The whole plan is based around the simple notion that exchange rates should be established gradually. Scotland’s economic fundamentals — so long as oil revenues remain buoyant — allow for the hope of a highly valued currency. But it is still uncertain what would happen if they float this on the market in a potentially explosive instant. A gradual approach would allow the demand for the pound — driven at home by taxation and domestic transactions and abroad by exports — to be established over a couple of years. The peg would not allow for this as any removal of the peg would result in a once-off adjustment that would be uncertain and potentially chaotic. The dual currency approach is much more organic and gradualist.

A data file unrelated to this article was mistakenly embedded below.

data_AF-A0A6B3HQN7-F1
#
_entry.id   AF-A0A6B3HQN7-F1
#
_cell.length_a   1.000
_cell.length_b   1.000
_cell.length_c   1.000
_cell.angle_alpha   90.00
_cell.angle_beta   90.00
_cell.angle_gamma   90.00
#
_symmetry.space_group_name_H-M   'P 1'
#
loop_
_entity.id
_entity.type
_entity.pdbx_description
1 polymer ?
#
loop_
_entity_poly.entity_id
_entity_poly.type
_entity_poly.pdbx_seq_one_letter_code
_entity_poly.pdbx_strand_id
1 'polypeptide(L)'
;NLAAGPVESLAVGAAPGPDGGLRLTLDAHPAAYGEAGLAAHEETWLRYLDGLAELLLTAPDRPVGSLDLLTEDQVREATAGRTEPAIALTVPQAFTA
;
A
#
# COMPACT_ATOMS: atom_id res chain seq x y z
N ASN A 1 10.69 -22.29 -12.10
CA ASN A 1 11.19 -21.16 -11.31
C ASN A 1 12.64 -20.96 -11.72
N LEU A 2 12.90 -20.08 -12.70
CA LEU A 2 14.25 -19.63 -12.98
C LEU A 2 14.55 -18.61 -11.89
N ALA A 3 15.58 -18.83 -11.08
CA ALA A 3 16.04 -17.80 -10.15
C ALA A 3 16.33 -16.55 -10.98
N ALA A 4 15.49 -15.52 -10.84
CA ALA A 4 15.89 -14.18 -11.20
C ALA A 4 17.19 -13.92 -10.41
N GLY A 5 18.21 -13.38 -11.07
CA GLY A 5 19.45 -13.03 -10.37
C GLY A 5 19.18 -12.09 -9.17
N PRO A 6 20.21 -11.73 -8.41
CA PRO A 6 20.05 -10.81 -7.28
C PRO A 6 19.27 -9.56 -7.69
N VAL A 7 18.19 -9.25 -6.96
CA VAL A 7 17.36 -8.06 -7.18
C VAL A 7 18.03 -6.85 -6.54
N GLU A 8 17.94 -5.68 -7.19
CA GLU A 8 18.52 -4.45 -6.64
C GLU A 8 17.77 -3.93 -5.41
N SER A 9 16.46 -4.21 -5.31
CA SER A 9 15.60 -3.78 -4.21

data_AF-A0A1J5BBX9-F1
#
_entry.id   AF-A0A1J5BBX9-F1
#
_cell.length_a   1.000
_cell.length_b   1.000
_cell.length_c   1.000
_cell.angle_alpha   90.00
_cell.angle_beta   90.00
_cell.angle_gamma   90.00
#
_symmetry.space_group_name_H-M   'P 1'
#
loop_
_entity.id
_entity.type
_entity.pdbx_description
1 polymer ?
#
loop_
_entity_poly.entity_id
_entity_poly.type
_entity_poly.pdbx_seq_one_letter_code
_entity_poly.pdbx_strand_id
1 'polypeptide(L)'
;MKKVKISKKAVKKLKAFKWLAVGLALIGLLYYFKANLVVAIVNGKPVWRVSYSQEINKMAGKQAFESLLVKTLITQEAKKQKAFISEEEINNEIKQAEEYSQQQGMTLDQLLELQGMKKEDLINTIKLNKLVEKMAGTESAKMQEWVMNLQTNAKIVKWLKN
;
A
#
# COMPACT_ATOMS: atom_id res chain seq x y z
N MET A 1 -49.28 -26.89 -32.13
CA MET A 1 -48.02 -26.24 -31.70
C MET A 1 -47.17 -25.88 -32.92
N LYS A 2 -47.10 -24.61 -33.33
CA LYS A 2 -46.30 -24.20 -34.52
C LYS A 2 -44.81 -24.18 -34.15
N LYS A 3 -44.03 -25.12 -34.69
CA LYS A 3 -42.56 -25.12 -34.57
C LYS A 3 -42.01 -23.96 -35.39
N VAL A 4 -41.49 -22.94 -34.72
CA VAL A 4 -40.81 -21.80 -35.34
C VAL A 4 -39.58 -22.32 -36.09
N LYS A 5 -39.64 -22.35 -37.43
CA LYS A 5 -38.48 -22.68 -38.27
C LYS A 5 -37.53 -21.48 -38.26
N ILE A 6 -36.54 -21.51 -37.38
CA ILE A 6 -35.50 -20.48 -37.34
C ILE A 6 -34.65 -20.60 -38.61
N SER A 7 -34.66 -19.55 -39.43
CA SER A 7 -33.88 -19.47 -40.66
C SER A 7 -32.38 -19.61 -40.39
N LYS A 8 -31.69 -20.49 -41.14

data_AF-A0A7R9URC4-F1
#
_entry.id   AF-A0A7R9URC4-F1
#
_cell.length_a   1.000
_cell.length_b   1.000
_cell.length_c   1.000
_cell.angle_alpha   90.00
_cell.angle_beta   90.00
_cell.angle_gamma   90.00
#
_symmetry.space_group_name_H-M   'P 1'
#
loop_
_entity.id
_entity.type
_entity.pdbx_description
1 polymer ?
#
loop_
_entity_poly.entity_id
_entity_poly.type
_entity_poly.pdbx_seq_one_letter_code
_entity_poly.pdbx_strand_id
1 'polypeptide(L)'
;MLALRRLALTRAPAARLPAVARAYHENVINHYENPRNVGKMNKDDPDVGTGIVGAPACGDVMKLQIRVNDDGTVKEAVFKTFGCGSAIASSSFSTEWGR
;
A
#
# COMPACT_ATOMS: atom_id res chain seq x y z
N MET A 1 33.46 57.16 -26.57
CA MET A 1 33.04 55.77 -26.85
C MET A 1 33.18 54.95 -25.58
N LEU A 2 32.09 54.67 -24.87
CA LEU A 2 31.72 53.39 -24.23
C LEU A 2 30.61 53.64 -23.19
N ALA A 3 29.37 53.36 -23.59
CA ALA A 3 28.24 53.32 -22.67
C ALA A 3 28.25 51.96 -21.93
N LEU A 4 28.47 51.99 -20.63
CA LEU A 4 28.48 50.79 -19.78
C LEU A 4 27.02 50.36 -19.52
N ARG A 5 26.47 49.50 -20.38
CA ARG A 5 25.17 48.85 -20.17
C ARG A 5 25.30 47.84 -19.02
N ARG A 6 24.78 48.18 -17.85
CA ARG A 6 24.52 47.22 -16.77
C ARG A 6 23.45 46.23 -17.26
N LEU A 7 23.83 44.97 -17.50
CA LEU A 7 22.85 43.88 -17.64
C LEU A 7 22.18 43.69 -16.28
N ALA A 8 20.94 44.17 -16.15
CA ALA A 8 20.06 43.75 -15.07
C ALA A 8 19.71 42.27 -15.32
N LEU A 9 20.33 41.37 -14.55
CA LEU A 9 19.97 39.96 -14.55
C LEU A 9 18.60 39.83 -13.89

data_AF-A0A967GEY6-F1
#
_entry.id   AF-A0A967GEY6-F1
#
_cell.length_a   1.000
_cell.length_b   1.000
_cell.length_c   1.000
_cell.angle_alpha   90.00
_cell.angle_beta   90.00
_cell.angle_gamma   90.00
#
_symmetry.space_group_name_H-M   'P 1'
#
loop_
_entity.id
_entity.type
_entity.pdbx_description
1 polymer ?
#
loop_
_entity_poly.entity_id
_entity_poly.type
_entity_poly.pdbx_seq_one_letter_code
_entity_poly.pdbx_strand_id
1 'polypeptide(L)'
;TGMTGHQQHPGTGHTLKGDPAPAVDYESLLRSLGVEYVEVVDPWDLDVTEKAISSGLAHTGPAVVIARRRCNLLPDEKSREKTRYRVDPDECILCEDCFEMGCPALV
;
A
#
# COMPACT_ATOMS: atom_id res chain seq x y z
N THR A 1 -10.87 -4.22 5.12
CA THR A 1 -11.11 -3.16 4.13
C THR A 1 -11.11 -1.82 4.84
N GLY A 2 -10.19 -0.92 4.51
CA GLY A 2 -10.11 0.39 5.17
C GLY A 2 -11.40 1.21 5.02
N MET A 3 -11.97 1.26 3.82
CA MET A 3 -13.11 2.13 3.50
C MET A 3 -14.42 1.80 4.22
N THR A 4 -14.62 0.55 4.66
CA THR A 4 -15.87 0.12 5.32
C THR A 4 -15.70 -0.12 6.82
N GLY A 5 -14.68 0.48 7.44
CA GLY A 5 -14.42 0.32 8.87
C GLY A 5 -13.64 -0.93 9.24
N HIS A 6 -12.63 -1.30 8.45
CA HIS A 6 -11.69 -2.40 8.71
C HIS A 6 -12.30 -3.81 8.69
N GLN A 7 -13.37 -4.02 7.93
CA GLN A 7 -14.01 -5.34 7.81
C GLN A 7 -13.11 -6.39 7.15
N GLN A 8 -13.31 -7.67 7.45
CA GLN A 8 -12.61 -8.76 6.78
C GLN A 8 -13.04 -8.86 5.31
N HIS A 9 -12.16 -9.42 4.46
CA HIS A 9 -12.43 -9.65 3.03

With a floating exchange rate regime in place the Scottish economy will be well placed to deal with economic shocks. Should oil revenues begin to decline for any reason the Scots pound can fall in value to register the necessary fall in real living standards required. Again, the gradualness of the process is the key to stability. In the case of a fixed exchange rate — that is, a peg — this would possibly lead to a nasty fiscal-cum-currency crisis as foreign reserves dried up. A floating exchange rate still allows the Scottish central bank to use their reserves to prop the currency up. But by not establishing a price target it does not incentivise speculators to do what they do best: speculate (see: Black Wednesday).